Anxiously looking over at the candle every second which was getting shorter with every word I scribbled on my notebook, trying my best to focus on my essay on “Things you are grateful for” instead of staring at the dimly lit room. Our little mud house in a remote tribal village of Chhattisgarh wasn’t much but I was grateful for my tiny ‘khatiya’ by the corner and the pile of books on my wooden shelf.
Ever since father had told me that we couldn’t afford kerosene for lamps anymore, my heart sunk along with the sun every evening and my spirit shortened along with the candle.
I spent all day doing household chores and helping out at the farm, nights were the only time I could devote to schoolwork and now it was being taken away from me.
I do not remember our village ever having electricity, all major events would take place around a huge bonfire. When I was five, I used to look longingly at the city lights far away as though I was looking out of a tiny hole in an absolutely dark room. Various officers and our Member of Parliament had all given us assurances that they would provide us with electricity but these promises were never fulfilled. My sister and I had named our least favorite cow who ate everyone else’s food after him and we smiled inside every time mother gave him a little jab.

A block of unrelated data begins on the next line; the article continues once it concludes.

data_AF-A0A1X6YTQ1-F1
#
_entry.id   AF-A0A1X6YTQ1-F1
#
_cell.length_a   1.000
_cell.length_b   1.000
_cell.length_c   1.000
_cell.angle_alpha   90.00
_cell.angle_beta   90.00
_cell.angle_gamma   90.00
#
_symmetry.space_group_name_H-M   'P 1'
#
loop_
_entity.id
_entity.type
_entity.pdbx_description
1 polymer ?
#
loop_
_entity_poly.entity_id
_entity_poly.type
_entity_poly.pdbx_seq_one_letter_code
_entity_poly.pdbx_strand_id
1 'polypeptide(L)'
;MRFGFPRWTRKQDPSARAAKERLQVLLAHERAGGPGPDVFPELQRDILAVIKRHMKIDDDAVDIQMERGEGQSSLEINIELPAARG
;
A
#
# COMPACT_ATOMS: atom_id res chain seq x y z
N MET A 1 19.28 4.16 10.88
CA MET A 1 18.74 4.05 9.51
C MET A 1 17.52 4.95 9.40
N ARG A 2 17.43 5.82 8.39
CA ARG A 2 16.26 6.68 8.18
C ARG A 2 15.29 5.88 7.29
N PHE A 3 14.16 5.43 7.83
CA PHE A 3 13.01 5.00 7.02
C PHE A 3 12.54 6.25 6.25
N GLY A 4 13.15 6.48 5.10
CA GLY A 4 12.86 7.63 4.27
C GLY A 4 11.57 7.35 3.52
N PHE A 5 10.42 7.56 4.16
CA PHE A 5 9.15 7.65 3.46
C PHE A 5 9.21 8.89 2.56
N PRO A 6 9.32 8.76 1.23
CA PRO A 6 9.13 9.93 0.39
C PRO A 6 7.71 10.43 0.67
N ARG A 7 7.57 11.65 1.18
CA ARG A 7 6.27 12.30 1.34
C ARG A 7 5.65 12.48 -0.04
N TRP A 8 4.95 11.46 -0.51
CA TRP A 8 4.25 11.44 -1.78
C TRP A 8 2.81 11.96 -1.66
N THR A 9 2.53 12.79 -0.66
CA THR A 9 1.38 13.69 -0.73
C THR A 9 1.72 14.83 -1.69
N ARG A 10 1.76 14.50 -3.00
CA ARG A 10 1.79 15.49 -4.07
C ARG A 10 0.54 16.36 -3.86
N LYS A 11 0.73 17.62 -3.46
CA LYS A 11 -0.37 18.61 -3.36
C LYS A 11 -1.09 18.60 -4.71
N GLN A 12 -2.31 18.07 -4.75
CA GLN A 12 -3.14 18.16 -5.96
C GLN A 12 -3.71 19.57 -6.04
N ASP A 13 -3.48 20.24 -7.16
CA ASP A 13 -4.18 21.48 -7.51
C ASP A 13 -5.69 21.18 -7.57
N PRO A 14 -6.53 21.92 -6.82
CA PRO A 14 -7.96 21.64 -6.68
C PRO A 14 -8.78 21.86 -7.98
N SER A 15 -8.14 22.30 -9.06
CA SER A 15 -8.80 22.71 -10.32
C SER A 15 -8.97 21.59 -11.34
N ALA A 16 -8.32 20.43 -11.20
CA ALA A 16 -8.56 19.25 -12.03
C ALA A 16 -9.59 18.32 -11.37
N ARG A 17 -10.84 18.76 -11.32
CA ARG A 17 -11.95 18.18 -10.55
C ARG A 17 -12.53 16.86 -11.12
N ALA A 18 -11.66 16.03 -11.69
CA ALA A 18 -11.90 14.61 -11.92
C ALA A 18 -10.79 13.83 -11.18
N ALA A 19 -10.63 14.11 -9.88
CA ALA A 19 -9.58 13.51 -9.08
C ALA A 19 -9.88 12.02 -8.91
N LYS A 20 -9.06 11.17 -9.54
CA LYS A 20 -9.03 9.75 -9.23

I had gotten used to straining my eyes every night trying to make out words that seemed as unclear as the water in the village well when someone knocked at my door. I left my chewed pencil hastily and ran with the red ribbon around my braids flying in the wind. My eyes widened as I saw a tall lady with brown curls standing in front of me, I ran into the kitchen to hide behind my mother’s dupatta almost instinctively, something which had always managed to protect me.
After around fifteen minutes of talking to her, my mother came back with a smile on her face and told me that she was the panchayat’s daughter and wanted to bring light to everyone’s world by providing electricity. This angel in disguise had come to see the village and was very touched on seeing the children do everything in their power to study in the dark. She wanted to be the reason they all smiled displaying all their adorable, crooked teeth.
As every house in my sweet village lit up with the sound of a crackling bulb, so did my face.
Thespace.ink has collaborated with ‘Word Munchers’, a creative writing platform that trains and encourages kids and youngsters to hone their creative writing skills. Thespace.ink will be publishing two short essays by students of ‘Word Munchers’ every Saturday.